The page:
Projections for employment in the wind energy show a very different profile with a gradual increase in employment: This in part reflects the large number of smaller units required for wind generation. As can be seen offshore wind alone could produce 23,000 MWe of installed capacity and nearly 30,000 jobs by 20214.

The continued success of wind and marine energy is dependent on attracting skilled workers. There were around 10,000 people employed in these industries in 2010, and approximately 88,000 will be needed in wind and marine industries by 2021. This represents a huge opportunity to create UK jobs.

In addition to swallowing up investment that could go into renewable energy, Sizewell C could damage the existing tourist industry which relies on a reputation for a clean environment to attract business. The value of the tourist industry to Suffolk is currently estimated as 1.7 billion and rising.

During the construction of Sizewell b the beach was turned into a massive building site. The large influx of workers to build the new reactor had a huge impact on Leiston. As one local campaigner said at a public meeting with DECC 

“during the construction of Sizewell B. Leiston became like the back-end of the docks – people didn’t want to go to shops or pubs”

Quality of Jobs

There are important questions arising about the quality of construction jobs at nuclear sites. There are currently two reactors of the type proposed for Hinkley C and Sizewell C being built in Europe. One is at Flamanville in France and the other at Olkiluoto in Finland. Both have attracted severe criticism for carelessness over workplace rights and health and safety matters.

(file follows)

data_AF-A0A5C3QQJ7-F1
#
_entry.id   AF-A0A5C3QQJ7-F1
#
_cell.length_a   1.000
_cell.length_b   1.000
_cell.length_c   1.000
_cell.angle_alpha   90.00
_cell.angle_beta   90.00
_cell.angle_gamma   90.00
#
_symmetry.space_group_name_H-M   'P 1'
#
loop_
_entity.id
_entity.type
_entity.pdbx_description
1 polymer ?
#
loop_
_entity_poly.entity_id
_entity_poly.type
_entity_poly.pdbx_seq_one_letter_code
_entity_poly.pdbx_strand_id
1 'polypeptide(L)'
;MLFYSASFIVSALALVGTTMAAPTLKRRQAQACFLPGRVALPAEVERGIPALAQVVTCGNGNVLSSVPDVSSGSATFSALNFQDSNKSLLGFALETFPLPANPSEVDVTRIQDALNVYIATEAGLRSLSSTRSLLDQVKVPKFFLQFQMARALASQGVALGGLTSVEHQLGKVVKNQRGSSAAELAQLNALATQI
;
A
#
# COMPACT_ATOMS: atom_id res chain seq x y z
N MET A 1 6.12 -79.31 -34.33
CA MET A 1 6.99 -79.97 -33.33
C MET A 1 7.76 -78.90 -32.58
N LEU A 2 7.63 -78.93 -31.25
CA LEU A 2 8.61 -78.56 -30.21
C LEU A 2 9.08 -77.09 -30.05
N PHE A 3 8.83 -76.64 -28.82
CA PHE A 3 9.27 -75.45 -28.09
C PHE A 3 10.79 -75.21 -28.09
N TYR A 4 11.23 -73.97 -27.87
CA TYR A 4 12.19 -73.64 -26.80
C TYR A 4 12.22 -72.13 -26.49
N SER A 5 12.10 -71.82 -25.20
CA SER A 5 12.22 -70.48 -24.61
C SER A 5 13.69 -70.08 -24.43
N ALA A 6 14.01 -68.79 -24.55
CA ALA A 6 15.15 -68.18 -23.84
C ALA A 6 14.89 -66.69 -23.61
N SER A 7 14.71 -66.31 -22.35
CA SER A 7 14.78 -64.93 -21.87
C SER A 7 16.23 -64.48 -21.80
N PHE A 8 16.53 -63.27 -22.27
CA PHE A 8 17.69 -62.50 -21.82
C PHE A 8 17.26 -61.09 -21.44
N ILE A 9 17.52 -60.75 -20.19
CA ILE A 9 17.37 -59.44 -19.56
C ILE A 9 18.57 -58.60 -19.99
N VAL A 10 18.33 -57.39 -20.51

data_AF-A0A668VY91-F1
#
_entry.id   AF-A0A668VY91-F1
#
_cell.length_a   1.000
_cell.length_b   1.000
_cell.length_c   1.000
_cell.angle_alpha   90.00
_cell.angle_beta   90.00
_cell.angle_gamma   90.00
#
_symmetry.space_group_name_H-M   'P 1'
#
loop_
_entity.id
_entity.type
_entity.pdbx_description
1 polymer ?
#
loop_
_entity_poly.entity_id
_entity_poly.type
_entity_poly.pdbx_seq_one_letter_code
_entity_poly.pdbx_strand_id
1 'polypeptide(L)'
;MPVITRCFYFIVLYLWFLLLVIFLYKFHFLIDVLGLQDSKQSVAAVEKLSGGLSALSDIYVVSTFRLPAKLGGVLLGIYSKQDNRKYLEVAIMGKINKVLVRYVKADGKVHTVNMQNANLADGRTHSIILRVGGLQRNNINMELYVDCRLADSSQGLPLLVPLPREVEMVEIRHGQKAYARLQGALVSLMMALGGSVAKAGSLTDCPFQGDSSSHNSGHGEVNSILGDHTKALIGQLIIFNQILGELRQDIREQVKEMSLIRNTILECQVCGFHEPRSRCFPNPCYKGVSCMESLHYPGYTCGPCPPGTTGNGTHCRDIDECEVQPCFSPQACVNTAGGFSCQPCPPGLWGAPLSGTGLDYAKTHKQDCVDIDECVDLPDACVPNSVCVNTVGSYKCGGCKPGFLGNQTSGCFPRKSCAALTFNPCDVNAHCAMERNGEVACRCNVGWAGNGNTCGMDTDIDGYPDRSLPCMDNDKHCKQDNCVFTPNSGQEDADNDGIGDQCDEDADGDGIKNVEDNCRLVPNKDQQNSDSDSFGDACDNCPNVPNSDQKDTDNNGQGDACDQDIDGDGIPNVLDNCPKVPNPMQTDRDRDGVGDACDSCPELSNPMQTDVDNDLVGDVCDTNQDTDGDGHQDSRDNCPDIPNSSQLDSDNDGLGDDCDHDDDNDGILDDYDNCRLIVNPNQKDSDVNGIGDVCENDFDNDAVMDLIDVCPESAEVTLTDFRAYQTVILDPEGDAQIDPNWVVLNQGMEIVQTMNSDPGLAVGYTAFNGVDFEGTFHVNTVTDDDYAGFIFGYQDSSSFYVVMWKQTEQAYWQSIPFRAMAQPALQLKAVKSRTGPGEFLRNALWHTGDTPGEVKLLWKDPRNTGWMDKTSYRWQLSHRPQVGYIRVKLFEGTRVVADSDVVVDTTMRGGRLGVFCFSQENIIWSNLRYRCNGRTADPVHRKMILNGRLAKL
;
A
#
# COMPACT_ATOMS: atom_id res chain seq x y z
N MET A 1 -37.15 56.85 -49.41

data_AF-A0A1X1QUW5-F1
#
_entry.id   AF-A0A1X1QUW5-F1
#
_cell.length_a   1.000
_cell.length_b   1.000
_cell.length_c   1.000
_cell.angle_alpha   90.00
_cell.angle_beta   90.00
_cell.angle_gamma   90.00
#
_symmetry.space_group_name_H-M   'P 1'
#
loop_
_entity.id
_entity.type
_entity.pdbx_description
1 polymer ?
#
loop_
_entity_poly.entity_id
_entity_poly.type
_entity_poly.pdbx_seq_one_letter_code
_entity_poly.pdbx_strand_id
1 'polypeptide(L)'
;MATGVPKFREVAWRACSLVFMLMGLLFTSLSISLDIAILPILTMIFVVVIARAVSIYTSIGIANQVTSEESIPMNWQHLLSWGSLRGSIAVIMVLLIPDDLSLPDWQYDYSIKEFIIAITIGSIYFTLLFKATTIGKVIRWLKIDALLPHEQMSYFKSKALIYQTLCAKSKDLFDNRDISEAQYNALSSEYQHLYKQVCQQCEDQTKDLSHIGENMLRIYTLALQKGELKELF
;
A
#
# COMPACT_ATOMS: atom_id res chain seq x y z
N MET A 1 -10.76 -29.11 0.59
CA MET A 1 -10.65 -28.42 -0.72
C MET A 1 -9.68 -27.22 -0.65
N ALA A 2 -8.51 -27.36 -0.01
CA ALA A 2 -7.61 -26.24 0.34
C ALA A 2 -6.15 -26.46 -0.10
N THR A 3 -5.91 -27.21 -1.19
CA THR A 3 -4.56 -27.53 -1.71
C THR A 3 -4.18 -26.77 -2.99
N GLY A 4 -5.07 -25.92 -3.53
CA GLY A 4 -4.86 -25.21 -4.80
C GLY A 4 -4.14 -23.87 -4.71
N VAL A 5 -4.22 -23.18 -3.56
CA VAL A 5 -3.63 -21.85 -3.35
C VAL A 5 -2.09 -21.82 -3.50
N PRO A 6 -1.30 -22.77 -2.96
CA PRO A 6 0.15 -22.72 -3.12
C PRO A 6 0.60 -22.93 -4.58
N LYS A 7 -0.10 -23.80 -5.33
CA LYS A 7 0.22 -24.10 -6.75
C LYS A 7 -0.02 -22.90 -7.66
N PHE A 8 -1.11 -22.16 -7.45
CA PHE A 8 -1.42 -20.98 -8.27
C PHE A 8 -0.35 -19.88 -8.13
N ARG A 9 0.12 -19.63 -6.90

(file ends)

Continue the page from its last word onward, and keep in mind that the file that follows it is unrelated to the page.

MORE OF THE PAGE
The calculations of the cost of new nuclear plants are based on the premise that the first site will cost more than the subsequent ones because lessons will be learned and experience will be gained through construction of the primary plant. A major factor in the delays at the nuclear power stations under construction at Flamanville and Olkiluoto has been due to a shortage of experienced subcontractors. Given this fact, it is highly likely that a considerable proportion of the Sizewell new build will go to specialised subcontractors currently working on these and similar projects.

A 2008 Greenpeace study of the Olkiluoto 3 power station revealed that all significant subcontracts have been won by foreign companies and even in Olkiluoto itself, about a third of the workforce is Finnish and two thirds are foreigners. Polish and German workers account for 18 percent of the workforce, while 9 percent are expert welders from Croatia. A maximum of 25% of the investment in the plant stays in Finland.

Olkiluoto has been a complete disappointment for us. There have been fewer than 100 Finnish builders there. It is the view of our experts that huge amounts of cheap labour have been brought here from abroad to work inefficiently”  Said Kyösti Suokas, co-chairman of the Finnish Construction Union.5

In relation to Flamanville, Yannick Rousselet from Greenpeace France said

‘There are 18 different nationalities working there and most of the work is done by sub-contractors. This means there is no job security and the pay is poor. Workers get shipped in and shipped out and have none of the benefits of permanent work.’

He added: ‘People have been flooding into the area because they have heard that work is available but then they find there is nothing. This means that local unemployment has actually increased since construction at Flamanville began.’’6

Nuclear tends to rely on huge investment which has always come from large national programmes using taxpayer’s money. Such investments tend to be intermittent varying with changes in policy or political leadership.

1 Hinkley Point C, Development Consent Application, Economic Strategy, EDF. 2011

2 French, M “The Impact of a Power Station on Gwynedd”. Gwynedd County Council Planning Office, September 1976. See Hanlon, J “Is Gwynedd a Developing Country?” New Scientist 4th May 1978

3 The Case for Renewable Energies, José Goldemberg Instituto de Electronica e Energia Universidade de São Paulo

5 Concrete cover ups and others at nuclear construction siteHelsingin Sanomat, February 2010 

6 Workers at Hinkley C nuclear power plant in for a raw dealStop Hinkley 

This information is also available as a leaflet.